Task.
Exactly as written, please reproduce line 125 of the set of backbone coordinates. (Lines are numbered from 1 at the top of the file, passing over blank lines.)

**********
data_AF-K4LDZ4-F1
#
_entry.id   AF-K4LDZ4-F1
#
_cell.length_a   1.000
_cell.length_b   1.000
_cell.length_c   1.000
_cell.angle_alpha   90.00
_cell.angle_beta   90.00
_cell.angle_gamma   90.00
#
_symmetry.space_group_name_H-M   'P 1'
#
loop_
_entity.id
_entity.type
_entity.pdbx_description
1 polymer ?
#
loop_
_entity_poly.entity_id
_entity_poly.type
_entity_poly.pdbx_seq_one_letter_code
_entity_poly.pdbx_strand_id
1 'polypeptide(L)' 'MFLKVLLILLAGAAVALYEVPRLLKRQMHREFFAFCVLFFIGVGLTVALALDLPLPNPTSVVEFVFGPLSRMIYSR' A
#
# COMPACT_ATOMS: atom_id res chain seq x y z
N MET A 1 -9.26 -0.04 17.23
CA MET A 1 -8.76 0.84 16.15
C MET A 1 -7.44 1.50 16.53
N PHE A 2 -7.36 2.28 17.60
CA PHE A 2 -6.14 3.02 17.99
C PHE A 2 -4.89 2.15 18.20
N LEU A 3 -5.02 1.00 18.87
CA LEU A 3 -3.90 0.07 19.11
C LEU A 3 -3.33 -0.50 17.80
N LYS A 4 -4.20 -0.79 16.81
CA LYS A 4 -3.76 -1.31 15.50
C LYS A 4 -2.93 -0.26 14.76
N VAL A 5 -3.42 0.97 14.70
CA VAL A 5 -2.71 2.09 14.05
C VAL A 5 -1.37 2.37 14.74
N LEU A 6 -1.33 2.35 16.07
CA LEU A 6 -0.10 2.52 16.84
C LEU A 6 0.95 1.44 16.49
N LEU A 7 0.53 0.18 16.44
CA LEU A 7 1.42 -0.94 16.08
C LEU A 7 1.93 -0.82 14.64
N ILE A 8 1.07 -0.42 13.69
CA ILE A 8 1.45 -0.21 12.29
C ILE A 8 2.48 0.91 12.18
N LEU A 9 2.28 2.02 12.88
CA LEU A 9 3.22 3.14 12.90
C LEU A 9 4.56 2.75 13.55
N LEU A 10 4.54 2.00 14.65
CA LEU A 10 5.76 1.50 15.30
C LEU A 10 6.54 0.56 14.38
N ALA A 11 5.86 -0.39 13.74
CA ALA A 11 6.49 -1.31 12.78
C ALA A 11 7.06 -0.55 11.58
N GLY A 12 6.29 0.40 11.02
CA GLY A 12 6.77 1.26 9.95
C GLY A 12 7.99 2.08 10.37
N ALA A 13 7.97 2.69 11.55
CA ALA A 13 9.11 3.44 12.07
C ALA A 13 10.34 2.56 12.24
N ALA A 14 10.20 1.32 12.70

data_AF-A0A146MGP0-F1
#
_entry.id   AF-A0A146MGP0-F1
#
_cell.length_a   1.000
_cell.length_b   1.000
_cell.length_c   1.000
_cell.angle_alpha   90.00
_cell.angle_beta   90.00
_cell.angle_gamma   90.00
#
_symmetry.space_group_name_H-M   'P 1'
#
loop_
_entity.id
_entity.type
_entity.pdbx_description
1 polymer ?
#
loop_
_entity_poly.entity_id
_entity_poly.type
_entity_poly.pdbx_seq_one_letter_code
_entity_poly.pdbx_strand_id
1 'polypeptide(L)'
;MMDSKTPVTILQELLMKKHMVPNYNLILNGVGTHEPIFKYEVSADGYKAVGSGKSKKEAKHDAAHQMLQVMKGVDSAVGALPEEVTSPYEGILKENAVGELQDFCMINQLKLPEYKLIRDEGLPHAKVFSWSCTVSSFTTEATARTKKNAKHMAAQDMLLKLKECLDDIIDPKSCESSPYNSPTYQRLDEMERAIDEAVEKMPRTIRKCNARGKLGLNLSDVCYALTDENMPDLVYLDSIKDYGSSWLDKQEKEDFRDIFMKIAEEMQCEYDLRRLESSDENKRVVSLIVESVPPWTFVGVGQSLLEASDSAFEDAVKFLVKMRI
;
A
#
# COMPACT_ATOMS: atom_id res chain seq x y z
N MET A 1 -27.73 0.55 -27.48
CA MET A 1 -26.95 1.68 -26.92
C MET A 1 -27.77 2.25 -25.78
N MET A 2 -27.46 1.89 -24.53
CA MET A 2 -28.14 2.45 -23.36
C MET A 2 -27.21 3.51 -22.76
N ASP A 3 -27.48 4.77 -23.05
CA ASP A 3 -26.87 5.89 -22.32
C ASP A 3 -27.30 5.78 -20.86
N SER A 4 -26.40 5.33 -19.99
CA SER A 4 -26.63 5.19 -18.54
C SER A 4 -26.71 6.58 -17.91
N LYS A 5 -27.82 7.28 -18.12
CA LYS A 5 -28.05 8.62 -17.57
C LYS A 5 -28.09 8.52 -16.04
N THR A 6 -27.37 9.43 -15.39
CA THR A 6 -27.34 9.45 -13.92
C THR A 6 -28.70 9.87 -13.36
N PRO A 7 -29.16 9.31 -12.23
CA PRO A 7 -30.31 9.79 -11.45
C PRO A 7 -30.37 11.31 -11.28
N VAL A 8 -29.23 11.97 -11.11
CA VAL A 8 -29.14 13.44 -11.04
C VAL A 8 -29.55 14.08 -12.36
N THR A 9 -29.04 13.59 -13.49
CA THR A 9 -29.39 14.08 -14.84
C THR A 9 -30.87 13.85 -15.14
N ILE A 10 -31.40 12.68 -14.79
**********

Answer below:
N ILE A 10 -31.40 12.68 -14.79